As per Section 2(d) of the BOCW Act, "building or other construction work" includes "the construction, alteration, repairs, maintenance or demolition- of or, concerning, buildings, streets, roads, railways, tramways, airfields, irrigation, drainage, embankment and navigation works, flood control works (including storm water drainage works), generation, transmission and distribution of power, waterworks (including channels for distribution of water), oil and gas installations, electric lines, wireless, radio; television, telephone, telegraph and overseas communication dams, canals, reservoirs, watercourses, tunnels, bridges, viaducts, aqueducts, pipelines, towers, cooling towers, transmission towers, and such other work as may be particularized in this behalf by the appropriate Government, by notification but does not involve any building or other construction work to which the provisions of the Factories Act, 1948 (63 of 1948), or the Mines Act, 1952 (35 of 1952), apply."
Hence, the phrase "building or other construction work" is explained in a manner that does not include any building or other construction work to which the provisions of the Factories Act, 1948, apply. Employers have used this exclusion condition of Section 2 (d) to evade registration and tax payment under the BOCW Act. Employers included under the Factories Act, 1948, refuse to come under the purview of the BOCW Act.
As per Section 2 (l) of the Factories Act, 1948, "worker" means a person engaged in any construction process, or in cleansing any part of the machinery or premises used for a construction process, or in any sort of work subsidiary to or connected with, the manufacturing process, or the title of the manufacturing process.
As under Section 2 (k), the "Manufacturing process" involves the following.
-Making, changing, restoring, ornamenting, finishing, packing, oiling, washing, cleaning, splitting up, destroying, or otherwise satisfying or adapting any article or material with a view to its use, trade, transport, delivery, or destruction.
-Pumping oil, water, sewage, or any other material.
-Generating, remodeling, or conveying power.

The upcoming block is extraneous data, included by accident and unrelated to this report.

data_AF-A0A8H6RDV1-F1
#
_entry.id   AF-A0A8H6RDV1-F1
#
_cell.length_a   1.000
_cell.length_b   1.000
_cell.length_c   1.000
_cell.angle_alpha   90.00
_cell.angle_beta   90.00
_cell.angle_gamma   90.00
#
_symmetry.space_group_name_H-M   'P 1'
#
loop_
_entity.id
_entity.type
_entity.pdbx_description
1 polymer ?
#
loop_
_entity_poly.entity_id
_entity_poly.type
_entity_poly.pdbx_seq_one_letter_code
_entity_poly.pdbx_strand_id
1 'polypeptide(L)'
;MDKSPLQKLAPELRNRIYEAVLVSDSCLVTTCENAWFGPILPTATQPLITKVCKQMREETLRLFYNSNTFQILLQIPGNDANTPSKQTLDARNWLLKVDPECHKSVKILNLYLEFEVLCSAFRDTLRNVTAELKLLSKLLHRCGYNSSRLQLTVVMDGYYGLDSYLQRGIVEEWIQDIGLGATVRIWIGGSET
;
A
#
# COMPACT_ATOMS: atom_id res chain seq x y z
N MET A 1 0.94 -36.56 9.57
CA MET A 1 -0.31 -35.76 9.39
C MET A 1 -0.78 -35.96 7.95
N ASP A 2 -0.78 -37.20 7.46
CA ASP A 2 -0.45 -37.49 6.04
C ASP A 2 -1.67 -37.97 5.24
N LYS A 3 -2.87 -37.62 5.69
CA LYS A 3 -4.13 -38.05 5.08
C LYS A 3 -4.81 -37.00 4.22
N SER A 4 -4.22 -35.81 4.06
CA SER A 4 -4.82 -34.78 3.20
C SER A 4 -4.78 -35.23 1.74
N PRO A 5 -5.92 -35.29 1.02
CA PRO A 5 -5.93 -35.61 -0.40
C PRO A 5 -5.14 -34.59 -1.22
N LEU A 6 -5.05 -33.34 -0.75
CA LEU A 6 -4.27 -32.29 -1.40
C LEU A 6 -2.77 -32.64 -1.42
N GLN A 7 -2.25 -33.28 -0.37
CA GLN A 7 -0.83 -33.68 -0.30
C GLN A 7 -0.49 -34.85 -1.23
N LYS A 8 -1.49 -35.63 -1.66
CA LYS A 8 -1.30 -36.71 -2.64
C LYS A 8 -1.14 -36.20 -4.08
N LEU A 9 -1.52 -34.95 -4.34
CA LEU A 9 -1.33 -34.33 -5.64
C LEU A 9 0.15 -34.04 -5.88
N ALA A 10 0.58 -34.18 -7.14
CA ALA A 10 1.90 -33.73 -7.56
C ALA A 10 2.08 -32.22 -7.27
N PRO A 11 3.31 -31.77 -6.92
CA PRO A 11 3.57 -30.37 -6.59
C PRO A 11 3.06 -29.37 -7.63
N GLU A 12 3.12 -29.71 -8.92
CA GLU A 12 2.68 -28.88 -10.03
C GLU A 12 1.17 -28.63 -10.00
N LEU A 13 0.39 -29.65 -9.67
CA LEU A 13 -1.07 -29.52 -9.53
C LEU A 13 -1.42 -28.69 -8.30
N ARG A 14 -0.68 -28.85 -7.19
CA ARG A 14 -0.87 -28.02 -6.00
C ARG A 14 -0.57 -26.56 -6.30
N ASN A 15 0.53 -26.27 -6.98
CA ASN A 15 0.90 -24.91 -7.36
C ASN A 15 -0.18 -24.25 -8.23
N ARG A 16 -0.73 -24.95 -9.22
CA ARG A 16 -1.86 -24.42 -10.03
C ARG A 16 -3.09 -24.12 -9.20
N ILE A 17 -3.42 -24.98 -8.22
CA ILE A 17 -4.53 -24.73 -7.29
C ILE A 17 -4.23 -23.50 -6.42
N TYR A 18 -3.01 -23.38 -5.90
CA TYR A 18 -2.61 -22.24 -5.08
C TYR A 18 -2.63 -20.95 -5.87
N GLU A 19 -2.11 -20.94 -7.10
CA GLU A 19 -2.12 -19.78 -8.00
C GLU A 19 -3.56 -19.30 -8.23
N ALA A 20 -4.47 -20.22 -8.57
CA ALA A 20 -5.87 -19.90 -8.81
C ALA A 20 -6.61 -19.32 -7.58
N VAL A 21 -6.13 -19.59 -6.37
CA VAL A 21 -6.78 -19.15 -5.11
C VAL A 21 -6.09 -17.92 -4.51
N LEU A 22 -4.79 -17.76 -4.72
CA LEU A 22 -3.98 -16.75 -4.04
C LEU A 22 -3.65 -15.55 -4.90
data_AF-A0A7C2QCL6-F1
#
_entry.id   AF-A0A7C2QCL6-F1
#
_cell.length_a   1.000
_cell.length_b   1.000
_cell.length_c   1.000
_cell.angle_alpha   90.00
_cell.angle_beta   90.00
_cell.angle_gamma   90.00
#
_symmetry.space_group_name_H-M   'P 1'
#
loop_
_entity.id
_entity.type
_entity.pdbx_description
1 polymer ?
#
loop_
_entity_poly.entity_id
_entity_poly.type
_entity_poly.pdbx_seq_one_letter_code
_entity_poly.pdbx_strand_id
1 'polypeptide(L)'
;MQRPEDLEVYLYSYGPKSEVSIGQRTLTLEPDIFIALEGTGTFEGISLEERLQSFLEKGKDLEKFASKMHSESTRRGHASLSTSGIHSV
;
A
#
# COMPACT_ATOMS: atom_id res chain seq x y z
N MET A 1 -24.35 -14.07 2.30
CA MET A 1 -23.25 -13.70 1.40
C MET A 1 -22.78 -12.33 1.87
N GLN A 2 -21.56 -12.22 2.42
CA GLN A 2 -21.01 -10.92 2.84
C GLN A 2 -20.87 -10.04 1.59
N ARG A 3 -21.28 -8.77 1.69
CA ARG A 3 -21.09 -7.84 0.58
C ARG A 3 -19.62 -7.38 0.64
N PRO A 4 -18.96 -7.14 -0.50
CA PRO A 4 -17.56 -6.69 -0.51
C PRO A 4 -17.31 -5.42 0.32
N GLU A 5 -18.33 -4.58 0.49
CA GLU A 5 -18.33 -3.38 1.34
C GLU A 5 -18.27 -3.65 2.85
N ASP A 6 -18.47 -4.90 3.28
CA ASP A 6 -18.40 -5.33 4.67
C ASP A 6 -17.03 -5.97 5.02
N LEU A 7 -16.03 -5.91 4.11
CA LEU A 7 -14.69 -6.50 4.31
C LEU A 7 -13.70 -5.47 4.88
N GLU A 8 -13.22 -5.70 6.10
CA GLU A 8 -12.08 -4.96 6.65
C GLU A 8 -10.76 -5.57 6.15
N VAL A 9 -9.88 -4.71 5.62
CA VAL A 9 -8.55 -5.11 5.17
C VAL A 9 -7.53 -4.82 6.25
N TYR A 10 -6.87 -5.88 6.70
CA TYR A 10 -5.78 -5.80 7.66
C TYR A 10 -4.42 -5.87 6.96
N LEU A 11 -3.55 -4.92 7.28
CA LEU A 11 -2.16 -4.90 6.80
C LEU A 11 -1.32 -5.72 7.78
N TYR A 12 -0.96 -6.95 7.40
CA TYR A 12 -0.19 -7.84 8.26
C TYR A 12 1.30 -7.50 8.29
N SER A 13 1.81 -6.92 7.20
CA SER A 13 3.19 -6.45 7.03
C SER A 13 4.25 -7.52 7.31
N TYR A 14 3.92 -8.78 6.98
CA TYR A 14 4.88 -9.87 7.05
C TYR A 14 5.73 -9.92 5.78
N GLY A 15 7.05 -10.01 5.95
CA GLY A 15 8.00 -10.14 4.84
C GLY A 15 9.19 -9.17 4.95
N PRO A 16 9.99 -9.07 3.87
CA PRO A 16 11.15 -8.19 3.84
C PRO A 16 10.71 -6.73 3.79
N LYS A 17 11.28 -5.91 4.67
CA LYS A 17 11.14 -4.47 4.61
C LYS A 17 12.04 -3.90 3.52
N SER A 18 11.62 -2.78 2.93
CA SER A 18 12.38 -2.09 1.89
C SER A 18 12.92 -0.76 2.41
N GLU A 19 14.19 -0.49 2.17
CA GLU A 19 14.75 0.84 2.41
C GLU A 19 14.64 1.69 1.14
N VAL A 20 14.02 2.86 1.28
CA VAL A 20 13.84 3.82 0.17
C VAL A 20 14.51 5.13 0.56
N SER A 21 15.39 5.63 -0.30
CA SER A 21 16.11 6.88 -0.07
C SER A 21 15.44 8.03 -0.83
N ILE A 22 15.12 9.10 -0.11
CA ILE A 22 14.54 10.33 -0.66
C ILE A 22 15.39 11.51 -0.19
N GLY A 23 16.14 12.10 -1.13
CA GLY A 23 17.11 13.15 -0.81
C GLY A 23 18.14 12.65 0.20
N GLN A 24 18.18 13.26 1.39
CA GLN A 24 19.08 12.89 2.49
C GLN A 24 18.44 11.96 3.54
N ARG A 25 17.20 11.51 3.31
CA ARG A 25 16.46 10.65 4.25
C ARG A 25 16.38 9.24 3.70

-Composing types for publication, printing by letterpress, lithography, photogravure, or other similar manner or bookbinding.
-Constructing, renovating, refurbishing, refitting, finishing, or breaking up ships or vessels.
-Preserving or storing any substance in cold storage.
Because of the above, it is inferred that the word "worker" under the Factories Act, 1948, does not involve a person included in the construction of buildings. Also, the phrase "manufacturing process" does not include any process for the construction of buildings. Hence, the Factories Act comprises only those workers who are involved in the manufacturing process or any work that is related to the manufacturing process, and not workers who are involved in construction and building work.
It is praiseworthy that the Indian government has made welfare provisions for long-neglected construction workers. However, there have been gaps in transparency and implementation until the courts have walked in. The Supreme Court has clarified that building and construction workers employed in factory premises are qualified for welfare measures under the BOCW Act. Nonetheless, now the question emerges as to who is accountable for responsibilities under the BOCW Act. The word "employer" in the BOCW Act is determined to include both contractors and owners. Hence, the owners and the contractors relinquish the responsibility to one another.
It is known that the Central Government is also thinking to make revisions to the BOCW Act to broaden the scope of applicability of the BOCW Act to facilitate the respective state governments to perform the Acts. It is anticipated that the amendments will truly serve the construction workers by providing more trustworthy and safer work conditions.